### Or else, it’s [rilly] complex

Unfiltered uses pattern matching to route incoming requests, so
we’re pretty sensitive to the performance of partial functions in
Scala. Lately I’ve been looking at the `orElse`

method of
PartialFunction as part of a potential refactoring and saw
some surprising results.

Say you have these two partial functions defined:

```
val pf: PartialFunction[String, Boolean] = {
case "hello" => true
}
val fallback: PartialFunction[String, Boolean] = {
case _ => false
}
```

And then you create a chained partial function:

```
val std = pf.orElse(pf).orElse(pf).orElse(fallback)
```

The second and third `pf`

add no value; we just want to see
how they affect performance. And since it is better to be able to
test arbitrary numbers of things, instead of the above you would use a
fold. Sort of like this…

```
def std(n: Int) =
(pf /: (1 to n)) {
(a,_) => a.orElse(pf)
}.orElse(fallback)
```

(Don’t worry about pasting this into your repl, I’ll link to the github in a bit.)

For an *n* of 50 you might expect to see some difference in
performance between the application of a value in the domain of `pf`

compared to one that must be “orElsed” all the way until
`fallback`

. Conjure a few more functions, one to `time`

a block in
milliseconds and one to repeat it `alot`

, then see what happens:

```
scala> val std50 = std(50)
std50: Test.PF = <function1>
scala> time { alot { std50("hello") } }
res1: Long = 446
scala> time { alot { std50("hell") } }
res2: Long = 60
```

I don’t know about you, but I was expecting “hello” to be faster,
since it matches the first `pf`

and doesn’t have to be tested against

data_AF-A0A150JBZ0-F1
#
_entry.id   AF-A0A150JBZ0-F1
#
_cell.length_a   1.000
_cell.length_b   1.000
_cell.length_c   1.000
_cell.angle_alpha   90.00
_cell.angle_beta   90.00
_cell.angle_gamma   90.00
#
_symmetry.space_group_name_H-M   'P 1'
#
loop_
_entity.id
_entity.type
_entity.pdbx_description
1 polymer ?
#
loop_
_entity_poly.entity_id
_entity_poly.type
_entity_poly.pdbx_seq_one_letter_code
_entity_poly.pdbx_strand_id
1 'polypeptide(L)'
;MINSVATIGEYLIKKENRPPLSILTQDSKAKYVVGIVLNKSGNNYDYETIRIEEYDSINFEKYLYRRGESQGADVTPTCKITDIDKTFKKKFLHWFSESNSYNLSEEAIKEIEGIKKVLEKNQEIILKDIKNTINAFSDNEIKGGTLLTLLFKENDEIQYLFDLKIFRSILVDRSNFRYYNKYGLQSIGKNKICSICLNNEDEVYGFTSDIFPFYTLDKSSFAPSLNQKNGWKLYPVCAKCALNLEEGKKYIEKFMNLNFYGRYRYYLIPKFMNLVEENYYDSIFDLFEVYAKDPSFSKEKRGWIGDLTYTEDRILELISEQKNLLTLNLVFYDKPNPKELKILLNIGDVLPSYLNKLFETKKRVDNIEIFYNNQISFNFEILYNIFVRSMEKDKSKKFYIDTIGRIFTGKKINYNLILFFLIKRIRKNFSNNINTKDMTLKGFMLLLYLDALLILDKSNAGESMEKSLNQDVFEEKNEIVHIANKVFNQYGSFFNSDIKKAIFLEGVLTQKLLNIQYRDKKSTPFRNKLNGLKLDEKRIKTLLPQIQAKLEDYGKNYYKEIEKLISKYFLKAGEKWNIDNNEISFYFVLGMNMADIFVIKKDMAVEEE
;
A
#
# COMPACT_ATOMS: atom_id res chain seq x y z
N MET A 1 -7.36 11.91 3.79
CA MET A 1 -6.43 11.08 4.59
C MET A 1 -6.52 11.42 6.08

all any of the others. Instead it’s an order of magnitude slower. What
gives?

**A nesting we go**

It’s probably a good idea at this point to review the definition
of the `PartialFunction#orElse`

method in Scala.

```
def orElse[A1 <: A, B1 >: B](that: PartialFunction[A1, B1]) =
new PartialFunction[A1, B1] {
def isDefinedAt(x: A1): Boolean =
PartialFunction.this.isDefinedAt(x) || that.isDefinedAt(x)
def apply(x: A1): B1 =
if (PartialFunction.this.isDefinedAt(x))
PartialFunction.this.apply(x)
else
that.apply(x)
}
```

A new partial function is produced each time you call `orElse`

, and
yes it does look like it’s short-circuiting in the right places. It’s
not apparent why the “hello” case would be so much slower, instead of a
little bit faster.

To see what’s really happening, consider a tiny example:

```
val pf1 = pf.orElse(pf)
val pf2 = pf1.orElse(pf)
val pf3 = pf2.orElse(fallback)
```

So what happens when we apply this?

```
pf3("hello")
```

First, the merged partial function `pf3`

must check if `pf2`

is
defined for “hello”. Then `pf2`

must check with `pf1`

, and
finally `pf1`

can say that yes `pf`

is defined for “hello”.

Done? Not at all! `pf3`

can safely call `pf2("hello")`

, but then we
are back in the same `apply`

method defined above. `pf2`

must check
(again) whether `pf1`

is defined, and `pf1`

will check `pf`

. And
then we can call `pf1("hello")`

…

The calls look like this:

- pf3(“hello”)
- pf2.isDefinedAt(“hello”)
- pf1.isDefinedAt(“hello”)
- pf.isDefinedAt(“hello”)

—

- pf2(“hello”)
- pf1.isDefinedAt(“hello”)
- pf.isDefinedAt(“hello”)

—

- pf1(“hello”)
- pf.isDefinedAt(“hello”)

—

- pf(“hello”)

And that’s what we used to call ~~exponential~~ quadratic (*it’s been a while!*) complexity, back
in programming school. It explains why “hello” is so ungodly
slow. But what about “hell”?

- pf3(“hell”)
- pf2.isDefinedAt(“hell”) || pf.isDefinedAt(“hell”)
- pf1.isDefinedAt(“hell”) || pf.isDefinedAt(“hell”)
- pf.isDefinedAt(“hell”) || pf.isDefinedAt(“hell”)